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Sun Apr 10 21:13:17 EST 2005

hypothesis.  No one knows why the cells in the Substantia Nigra die, but by
the time we Parkinsons patients are sick enough to be diagnosed, 75% has 
already died.

My hypothesis is briefly this: 

1.  Toxins invading the body attack the central nervous system via blood cir
     culating the brain.

2.  These toxins, specifically mercury in my case, subtly change the red blood
      cell in such a way that it can no longer function as a normal red blood
      cell.  That is to say, it can no longer pass on nutrients to other cells.  
      My best guess is that these specific cells in the Substantia Nigra died of
      oxygen deprivation.

3.  Toxins probably are not the only culprits, but they are a good place to
      start investigating.  As laymen, we are told that  since the cause of 
     Parkinsons is unknown, there is no way to effect a cure.

4.  Hence our myriad symptons are "managed/masked" with medication.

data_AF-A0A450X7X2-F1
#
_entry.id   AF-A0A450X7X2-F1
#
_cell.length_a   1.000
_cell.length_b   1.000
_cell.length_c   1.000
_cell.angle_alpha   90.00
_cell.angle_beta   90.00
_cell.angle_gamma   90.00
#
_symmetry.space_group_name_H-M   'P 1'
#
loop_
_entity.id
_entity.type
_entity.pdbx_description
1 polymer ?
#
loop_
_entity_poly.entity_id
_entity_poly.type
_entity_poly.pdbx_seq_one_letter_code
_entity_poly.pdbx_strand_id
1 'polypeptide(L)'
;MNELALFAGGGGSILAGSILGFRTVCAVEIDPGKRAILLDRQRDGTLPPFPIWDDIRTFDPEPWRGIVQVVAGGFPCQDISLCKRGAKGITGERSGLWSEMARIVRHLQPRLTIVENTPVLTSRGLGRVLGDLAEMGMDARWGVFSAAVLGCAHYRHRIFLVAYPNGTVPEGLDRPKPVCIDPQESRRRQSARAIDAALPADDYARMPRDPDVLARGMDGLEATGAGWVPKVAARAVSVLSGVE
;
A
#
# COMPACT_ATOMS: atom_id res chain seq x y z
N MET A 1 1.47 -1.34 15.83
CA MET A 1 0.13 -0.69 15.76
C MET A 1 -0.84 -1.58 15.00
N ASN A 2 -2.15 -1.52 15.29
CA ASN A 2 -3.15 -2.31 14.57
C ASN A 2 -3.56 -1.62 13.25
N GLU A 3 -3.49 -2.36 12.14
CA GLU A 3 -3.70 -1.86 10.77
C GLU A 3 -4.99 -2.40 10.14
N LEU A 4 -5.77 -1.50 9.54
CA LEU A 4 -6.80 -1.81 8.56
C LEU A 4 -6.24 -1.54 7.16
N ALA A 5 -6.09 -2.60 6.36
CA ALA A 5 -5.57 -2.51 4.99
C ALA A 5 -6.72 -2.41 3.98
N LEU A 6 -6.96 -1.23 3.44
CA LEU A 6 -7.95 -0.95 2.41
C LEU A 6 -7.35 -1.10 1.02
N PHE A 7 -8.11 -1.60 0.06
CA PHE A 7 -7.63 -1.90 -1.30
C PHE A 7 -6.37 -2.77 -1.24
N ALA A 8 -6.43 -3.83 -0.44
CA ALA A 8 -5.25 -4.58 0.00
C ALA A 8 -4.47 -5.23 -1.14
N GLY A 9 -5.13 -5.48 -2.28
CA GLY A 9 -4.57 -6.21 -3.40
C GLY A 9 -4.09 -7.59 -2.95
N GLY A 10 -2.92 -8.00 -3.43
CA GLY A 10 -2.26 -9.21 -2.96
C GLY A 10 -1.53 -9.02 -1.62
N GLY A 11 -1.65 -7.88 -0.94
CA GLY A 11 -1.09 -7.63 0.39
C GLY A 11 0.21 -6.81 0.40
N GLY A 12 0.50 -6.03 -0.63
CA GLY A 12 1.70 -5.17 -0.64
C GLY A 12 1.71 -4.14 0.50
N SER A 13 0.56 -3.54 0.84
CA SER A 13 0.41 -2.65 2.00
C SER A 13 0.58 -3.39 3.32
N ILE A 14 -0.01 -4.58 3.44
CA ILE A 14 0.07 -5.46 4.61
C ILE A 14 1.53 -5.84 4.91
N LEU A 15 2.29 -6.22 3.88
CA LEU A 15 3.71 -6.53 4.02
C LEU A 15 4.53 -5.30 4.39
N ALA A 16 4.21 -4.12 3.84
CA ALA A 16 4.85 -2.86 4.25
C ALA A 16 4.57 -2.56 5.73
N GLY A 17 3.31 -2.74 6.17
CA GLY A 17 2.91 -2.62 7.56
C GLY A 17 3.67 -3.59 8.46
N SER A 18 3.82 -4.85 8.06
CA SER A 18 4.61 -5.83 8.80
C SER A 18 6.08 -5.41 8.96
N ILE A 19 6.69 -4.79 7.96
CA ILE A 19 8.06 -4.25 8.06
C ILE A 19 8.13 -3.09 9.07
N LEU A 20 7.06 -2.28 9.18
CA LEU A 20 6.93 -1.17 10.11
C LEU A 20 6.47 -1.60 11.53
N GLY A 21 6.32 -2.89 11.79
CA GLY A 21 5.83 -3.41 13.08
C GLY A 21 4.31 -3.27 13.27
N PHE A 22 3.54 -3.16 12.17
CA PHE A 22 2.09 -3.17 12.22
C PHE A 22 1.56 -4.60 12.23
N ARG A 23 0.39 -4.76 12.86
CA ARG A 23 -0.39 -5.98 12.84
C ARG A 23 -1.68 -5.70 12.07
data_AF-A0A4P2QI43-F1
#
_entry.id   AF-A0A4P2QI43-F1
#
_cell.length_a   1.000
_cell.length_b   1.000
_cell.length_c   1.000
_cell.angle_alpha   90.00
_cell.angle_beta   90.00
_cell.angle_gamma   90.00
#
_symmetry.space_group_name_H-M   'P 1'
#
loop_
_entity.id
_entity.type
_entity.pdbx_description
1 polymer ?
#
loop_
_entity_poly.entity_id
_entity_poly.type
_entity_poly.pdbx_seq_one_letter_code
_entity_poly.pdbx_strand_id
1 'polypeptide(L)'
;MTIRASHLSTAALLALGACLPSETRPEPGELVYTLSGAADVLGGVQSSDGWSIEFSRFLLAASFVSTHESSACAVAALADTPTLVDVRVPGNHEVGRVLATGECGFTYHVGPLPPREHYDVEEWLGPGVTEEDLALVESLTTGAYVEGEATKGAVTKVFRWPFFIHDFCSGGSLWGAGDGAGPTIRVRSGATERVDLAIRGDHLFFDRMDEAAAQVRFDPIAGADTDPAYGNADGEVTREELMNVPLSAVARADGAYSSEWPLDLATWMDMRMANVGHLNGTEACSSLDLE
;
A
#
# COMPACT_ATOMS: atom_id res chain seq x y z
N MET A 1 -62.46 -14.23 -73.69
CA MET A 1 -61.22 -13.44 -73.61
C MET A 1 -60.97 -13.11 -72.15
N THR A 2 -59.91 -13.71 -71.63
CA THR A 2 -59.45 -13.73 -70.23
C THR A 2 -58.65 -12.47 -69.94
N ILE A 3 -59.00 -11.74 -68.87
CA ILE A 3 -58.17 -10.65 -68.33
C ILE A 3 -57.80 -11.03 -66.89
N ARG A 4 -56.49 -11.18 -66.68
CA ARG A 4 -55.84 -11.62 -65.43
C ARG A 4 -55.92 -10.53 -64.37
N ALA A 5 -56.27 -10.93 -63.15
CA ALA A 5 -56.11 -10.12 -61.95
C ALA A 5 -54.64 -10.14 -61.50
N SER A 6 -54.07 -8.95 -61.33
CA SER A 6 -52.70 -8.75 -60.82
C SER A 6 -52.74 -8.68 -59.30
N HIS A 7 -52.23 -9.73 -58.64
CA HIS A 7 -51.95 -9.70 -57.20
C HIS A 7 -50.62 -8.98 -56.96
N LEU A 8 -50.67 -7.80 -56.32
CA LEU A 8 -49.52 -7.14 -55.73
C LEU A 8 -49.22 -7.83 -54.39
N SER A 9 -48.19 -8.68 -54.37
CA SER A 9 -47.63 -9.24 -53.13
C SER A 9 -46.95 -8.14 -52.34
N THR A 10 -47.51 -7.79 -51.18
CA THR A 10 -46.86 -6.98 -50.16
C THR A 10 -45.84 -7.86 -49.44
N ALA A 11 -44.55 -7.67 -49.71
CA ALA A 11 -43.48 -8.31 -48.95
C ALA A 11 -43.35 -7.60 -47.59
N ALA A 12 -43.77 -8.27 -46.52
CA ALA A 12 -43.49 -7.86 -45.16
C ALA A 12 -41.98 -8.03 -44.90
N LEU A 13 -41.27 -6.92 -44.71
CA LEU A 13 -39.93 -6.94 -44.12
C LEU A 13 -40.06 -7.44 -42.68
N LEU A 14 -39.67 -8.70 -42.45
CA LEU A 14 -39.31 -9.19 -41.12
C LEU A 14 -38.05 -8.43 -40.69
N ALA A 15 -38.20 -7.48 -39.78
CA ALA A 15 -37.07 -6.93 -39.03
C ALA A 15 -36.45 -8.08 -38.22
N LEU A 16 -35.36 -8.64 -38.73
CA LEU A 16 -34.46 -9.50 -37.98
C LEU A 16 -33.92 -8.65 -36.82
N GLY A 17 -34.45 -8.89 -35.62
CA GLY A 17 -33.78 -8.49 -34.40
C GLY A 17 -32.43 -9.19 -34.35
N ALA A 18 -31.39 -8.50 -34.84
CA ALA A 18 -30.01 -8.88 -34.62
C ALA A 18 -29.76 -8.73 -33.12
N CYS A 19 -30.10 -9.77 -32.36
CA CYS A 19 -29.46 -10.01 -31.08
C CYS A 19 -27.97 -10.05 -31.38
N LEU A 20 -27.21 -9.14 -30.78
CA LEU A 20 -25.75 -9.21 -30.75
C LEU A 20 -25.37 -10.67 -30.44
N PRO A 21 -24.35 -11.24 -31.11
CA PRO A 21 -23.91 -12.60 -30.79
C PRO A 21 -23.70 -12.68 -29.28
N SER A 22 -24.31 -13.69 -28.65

5.  I am told that nerve cells do not regenerate.  Therefore, perhaps the 
    best cure for Parkinsons (until a way of regenerating healthy nerve
    cells is discoverd), most likely is prevention/eradication of toxins enter
    ing the body.

6.  Since the researchers are presumably utilizing the scientific method to
     obtain accurate results, it seems that the actual speed with which re-
     search progresses is doomed to forever proceed at a snails pace.

7.  Granted, I am not involved in research, but when I think of how long it
     is taking to find a cure for cancer, I realize that it may be just as long
     or even longer, given the small amount of funding, before a cure for
     Parkinsons Disease will be found.

8.  At the risk of alienating the medical community in general, it seems never-
    the less paramont (at least as far as my health is concerned), that research
    proceed at a faster, and perhaps more accurate pace than ever before.

9.  This means that people like me, who have Parkinsons, need to be con-
     sidered as an excellent potential for very valid information.

10. Since the internet has come of age, the exciting possibility is that we
     can pool our knowledge as never before possible, and store that it 
     will not be forgotten, and efforts will not be duplicated when attempting
     additional research for a cure.

11. Maybe my hypothesis is all wrong, but it seems to be logically more
      likely to be true, than not.

Any and all responses are welcome, as long as they are not derogatory.

And yes, I am still interested in how unipole magnets can affect such 
conditions as leg cramps, etc.



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